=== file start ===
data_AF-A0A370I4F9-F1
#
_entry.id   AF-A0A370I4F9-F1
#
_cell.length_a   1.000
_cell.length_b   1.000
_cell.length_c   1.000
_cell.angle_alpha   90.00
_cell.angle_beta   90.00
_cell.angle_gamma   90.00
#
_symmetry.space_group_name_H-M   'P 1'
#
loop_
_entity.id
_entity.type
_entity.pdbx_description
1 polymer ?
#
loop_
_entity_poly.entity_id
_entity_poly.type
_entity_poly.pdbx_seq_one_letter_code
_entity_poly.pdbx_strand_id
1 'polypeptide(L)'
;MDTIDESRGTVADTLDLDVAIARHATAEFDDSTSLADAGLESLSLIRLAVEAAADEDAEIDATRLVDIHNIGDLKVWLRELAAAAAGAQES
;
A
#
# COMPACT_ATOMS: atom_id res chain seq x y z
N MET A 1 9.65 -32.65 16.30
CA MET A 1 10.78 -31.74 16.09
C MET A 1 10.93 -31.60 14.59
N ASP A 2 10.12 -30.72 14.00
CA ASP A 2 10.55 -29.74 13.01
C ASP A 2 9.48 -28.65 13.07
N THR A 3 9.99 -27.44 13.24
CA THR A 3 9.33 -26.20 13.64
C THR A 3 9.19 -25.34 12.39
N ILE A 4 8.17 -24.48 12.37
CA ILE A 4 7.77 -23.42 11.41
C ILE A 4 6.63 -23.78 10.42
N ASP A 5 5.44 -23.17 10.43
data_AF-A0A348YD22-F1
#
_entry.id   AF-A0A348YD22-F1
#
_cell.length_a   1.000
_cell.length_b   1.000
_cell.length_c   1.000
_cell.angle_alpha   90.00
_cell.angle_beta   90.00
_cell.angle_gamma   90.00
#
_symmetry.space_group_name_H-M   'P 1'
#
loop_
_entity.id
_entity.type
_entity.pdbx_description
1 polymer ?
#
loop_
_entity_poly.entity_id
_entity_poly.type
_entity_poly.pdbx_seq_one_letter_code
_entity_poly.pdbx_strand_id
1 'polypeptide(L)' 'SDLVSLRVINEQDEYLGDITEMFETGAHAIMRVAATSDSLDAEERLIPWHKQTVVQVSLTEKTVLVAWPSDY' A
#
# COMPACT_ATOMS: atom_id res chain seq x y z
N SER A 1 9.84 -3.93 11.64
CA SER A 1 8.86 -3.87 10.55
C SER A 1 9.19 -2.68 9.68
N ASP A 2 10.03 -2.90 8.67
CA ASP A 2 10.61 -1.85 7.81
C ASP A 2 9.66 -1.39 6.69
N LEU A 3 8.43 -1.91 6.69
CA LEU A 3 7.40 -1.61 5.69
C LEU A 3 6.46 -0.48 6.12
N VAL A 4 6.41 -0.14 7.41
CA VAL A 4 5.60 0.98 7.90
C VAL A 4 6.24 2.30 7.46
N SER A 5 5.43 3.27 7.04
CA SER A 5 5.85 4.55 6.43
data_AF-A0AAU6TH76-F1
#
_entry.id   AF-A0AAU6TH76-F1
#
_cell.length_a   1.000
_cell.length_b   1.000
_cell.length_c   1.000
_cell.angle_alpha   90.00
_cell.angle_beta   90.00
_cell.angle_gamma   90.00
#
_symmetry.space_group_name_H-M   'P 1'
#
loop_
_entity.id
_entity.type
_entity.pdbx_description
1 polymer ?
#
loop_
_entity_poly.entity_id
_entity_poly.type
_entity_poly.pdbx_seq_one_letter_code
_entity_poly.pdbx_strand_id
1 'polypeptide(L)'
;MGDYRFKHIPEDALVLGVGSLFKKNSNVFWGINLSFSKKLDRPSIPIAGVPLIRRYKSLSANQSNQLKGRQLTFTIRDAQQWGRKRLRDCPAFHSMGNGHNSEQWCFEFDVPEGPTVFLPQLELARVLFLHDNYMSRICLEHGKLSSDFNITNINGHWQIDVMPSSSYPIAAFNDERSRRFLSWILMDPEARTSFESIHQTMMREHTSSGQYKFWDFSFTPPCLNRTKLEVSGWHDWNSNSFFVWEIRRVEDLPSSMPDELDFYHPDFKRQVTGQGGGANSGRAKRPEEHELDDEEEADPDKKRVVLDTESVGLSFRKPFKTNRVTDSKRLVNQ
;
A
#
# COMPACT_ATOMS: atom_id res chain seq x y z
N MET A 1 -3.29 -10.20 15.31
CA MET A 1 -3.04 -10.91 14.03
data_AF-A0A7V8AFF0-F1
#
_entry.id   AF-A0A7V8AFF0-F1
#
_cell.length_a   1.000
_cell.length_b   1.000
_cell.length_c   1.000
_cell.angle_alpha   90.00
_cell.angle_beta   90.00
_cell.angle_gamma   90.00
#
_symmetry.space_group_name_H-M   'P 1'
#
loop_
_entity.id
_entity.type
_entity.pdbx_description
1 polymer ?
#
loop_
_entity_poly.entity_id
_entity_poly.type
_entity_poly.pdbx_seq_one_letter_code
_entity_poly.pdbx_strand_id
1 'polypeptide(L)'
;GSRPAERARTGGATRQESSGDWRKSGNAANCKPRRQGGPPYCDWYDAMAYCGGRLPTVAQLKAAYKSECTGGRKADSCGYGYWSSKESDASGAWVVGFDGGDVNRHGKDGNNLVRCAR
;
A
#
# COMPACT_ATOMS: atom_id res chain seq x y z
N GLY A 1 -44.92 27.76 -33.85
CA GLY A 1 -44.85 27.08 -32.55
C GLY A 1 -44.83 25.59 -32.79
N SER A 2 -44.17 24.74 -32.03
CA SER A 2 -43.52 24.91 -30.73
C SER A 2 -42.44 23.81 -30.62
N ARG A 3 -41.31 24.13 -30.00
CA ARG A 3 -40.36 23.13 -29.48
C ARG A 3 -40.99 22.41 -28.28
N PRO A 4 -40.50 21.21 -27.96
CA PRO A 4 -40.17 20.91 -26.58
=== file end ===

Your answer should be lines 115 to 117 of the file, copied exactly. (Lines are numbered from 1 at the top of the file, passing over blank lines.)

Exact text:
N MET A 1 -3.29 -10.20 15.31
CA MET A 1 -3.04 -10.91 14.03
data_AF-A0A7V8AFF0-F1